Source: Sherman Publications

Guest viewpoint
Cable access clarified, actions flawed

July 17, 2013

By Joette Kunse

As one of the five volunteer members of the Public Access Television Committee that was appointed by the township board to advise and make recommendations, I’d like to clarify what the monies received from the cable companies to the township are intended for including the rules of their use by local government.

Each year approximately $500,000 in public access franchise fees is paid to the township by Comcast and A T & T, for the right to lay cable in the area. These funds go directly to the township’s general fund and can be used however the township board wishes.

Each township resident who subscribes for cable services with Comcast or A T & T UVerse, pay two percent for PEG fees. PEG stands for Public, Educational and Government public access channels. The township receives about $200,000 in PEG fees each year.

PEG fees have restricted usage and currently the township has over a half million dollars of PEG fees in its treasury.

The township board and the school board each voted 7-0 to approve an agreement where the township would give $200,000 of PEG fees in a capital lease to the school district to combine the high school television studio and move the public access studio from its Maybee Rd. location to the high school. The public access citizen committee spoke at both meetings and requested that the boards take some time to plan before combining facilities. Why would the committee want to delay what looks like a good partnership?

One area of disagreement between committee members and the board is the restricted use of PEG fees and how they can be used. The committee’s recommendations have been based on the Federal Communications Commission’s (FCC) federal statute that PEG fees may only be used for the capital costs (equipment and building facilities) incurred for PEG access facilities. The FCC statute was challenged in 2008 in the Federal Sixth Circuit Court and upheld. In other words, you can’t pay salaries or buy paperclips with this money.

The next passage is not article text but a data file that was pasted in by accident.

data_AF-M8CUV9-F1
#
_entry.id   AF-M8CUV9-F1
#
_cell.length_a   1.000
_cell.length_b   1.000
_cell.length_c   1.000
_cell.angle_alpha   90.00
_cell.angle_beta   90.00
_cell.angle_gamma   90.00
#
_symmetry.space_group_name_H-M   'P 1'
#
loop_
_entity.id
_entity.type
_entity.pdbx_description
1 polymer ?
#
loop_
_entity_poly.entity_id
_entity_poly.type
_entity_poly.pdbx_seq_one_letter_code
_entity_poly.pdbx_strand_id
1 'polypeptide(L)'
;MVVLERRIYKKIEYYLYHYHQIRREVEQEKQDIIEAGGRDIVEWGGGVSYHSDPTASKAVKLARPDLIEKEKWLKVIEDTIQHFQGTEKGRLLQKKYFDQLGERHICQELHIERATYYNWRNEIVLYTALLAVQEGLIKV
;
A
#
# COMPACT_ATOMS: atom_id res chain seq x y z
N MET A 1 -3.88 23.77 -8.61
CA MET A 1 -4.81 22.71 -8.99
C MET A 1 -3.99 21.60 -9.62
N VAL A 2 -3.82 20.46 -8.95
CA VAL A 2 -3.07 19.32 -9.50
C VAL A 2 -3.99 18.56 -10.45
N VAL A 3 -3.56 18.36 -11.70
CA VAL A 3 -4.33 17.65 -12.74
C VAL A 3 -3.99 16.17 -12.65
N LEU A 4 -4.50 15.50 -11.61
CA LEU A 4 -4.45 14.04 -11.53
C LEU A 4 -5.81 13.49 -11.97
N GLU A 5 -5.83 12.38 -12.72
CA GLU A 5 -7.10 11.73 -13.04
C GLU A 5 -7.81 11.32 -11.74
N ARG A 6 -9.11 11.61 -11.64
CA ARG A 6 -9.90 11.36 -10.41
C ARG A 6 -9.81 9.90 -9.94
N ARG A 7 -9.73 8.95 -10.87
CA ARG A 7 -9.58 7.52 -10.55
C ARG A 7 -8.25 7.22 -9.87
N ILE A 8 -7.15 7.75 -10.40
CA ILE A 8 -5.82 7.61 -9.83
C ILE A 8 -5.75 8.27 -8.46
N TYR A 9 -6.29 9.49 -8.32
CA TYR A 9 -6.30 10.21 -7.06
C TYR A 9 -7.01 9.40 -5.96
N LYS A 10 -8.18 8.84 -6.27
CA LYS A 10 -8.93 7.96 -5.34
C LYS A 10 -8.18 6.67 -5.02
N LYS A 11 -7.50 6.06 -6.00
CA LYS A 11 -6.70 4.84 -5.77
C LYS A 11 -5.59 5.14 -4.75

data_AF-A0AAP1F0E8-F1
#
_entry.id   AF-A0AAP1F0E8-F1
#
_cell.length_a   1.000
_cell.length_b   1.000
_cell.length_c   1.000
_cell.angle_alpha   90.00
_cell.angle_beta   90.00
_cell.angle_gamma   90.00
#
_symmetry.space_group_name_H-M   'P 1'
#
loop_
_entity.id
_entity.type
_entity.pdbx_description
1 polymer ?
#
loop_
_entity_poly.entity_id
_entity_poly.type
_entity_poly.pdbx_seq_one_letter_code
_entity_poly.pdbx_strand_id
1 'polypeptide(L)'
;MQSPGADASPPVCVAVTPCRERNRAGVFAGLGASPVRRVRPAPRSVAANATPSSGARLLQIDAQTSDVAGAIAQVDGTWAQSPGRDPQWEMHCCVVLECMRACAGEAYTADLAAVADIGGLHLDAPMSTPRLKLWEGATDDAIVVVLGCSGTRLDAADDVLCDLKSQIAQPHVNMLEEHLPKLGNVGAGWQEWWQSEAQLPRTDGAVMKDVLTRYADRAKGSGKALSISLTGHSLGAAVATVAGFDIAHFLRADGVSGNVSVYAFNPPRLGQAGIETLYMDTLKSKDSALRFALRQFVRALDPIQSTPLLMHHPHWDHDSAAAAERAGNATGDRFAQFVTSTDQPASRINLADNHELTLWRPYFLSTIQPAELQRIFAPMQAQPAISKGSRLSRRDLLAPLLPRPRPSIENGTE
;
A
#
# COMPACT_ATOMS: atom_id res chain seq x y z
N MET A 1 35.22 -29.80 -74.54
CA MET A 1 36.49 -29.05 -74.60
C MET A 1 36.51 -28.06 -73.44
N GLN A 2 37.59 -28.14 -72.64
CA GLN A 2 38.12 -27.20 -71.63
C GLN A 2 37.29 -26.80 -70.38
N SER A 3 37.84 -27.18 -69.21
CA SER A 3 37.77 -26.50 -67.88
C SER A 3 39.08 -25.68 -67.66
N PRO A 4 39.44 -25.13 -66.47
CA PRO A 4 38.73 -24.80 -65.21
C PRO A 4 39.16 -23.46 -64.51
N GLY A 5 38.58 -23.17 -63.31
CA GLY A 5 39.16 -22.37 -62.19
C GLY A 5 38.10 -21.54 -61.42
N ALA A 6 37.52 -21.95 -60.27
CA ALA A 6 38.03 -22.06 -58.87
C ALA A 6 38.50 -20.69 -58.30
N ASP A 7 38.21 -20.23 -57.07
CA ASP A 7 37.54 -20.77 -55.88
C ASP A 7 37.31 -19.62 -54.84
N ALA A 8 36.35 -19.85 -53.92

The township board voted 7-0 to not obey this ruling. The township budget analyst said in a memo to the Independence Township board on October 23, 2012, that “any purchases related to equipment can be charged against PEG fee revenue whereas 2) any purchases related to operational expenditures cannot be paid out of PEG fee revenues. It is very important to keep these two activities separate to avoid any issues with the state of Michigan.”

Equipment can be purchased legally for the schools and given to school studio for use by students. The $200,000 that is proposed to be given to the school is to be used for salaries and costs for the studio and does not abide by FCC laws and has the appearance of a money laundering scheme. Doing this in the name of “for the student” is not a lesson that I would want my children to learn.

After both boards voted 7 -0 to approve the contract, the following morning board members and the committee received an email from the supervisor entitled Due Diligence. It appears that after the supervisor assured both boards everything was in order, he decides he needs to do due diligence or check the details.

The committee requested planning time with the schools versus, just getting a moving truck and dumping equipment in a small area of the high school. The committee believes in Ben Franklin’s quote “By failing to prepare, you are preparing to fail.”

The public access channel can be a gem for this community, highlighting businesses, organizations, and events in Clarkston and Independence. Our neighbors in Orion, Waterford, Pontiac, Oxford and Bloomfield have bustling public access and government channels which broadcast all kinds of activities. Our committee is very concerned about the continued lack of programming on the school channel.

The committee members are residents of Independence Township who were asked to learn about public access television and make recommendations. We are diverse people with different backgrounds but we all agreed the decision to give PEG fees in a $200,000 capital lease to the school is against federal law and illegal. Legally, the township can give money for equipment to the school and we support that expenditure.